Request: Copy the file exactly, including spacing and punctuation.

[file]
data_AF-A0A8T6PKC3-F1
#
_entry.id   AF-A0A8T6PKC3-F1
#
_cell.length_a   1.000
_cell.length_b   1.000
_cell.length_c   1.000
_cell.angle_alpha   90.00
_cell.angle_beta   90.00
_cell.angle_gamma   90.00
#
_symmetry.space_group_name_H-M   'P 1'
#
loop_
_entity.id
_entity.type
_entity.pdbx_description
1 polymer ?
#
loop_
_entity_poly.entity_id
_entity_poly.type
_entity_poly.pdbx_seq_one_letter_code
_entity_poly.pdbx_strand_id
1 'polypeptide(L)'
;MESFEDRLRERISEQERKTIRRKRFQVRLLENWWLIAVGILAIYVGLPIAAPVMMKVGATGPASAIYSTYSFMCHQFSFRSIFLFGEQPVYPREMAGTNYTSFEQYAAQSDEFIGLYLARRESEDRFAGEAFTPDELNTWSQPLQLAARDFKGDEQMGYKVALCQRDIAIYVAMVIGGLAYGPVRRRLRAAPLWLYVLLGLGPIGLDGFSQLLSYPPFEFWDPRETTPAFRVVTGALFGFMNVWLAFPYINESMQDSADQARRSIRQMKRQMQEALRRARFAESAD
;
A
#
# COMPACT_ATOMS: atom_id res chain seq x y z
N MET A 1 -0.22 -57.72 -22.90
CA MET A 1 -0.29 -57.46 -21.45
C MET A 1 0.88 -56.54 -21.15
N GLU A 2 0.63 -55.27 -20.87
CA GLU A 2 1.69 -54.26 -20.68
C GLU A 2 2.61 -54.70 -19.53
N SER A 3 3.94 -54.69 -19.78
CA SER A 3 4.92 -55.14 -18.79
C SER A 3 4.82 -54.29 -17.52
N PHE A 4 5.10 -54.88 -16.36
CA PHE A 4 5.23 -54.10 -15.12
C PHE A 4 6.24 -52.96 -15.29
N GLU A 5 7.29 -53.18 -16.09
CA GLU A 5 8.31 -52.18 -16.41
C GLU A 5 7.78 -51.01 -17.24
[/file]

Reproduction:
data_AF-A0A8T6PKC3-F1
#
_entry.id   AF-A0A8T6PKC3-F1
#
_cell.length_a   1.000
_cell.length_b   1.000
_cell.length_c   1.000
_cell.angle_alpha   90.00
_cell.angle_beta   90.00
_cell.angle_gamma   90.00
#
_symmetry.space_group_name_H-M   'P 1'
#
loop_
_entity.id
_entity.type
_entity.pdbx_description
1 polymer ?
#
loop_
_entity_poly.entity_id
_entity_poly.type
_entity_poly.pdbx_seq_one_letter_code
_entity_poly.pdbx_strand_id
1 'polypeptide(L)'
;MESFEDRLRERISEQERKTIRRKRFQVRLLENWWLIAVGILAIYVGLPIAAPVMMKVGATGPASAIYSTYSFMCHQFSFRSIFLFGEQPVYPREMAGTNYTSFEQYAAQSDEFIGLYLARRESEDRFAGEAFTPDELNTWSQPLQLAARDFKGDEQMGYKVALCQRDIAIYVAMVIGGLAYGPVRRRLRAAPLWLYVLLGLGPIGLDGFSQLLSYPPFEFWDPRETTPAFRVVTGALFGFMNVWLAFPYINESMQDSADQARRSIRQMKRQMQEALRRARFAESAD
;
A
#
# COMPACT_ATOMS: atom_id res chain seq x y z
N MET A 1 -0.22 -57.72 -22.90
CA MET A 1 -0.29 -57.46 -21.45
C MET A 1 0.88 -56.54 -21.15
N GLU A 2 0.63 -55.27 -20.87
CA GLU A 2 1.69 -54.26 -20.68
C GLU A 2 2.61 -54.70 -19.53
N SER A 3 3.94 -54.69 -19.78
CA SER A 3 4.92 -55.14 -18.79
C SER A 3 4.82 -54.29 -17.52
N PHE A 4 5.10 -54.88 -16.36
CA PHE A 4 5.23 -54.10 -15.12
C PHE A 4 6.24 -52.96 -15.29
N GLU A 5 7.29 -53.18 -16.09
CA GLU A 5 8.31 -52.18 -16.41
C GLU A 5 7.78 -51.01 -17.24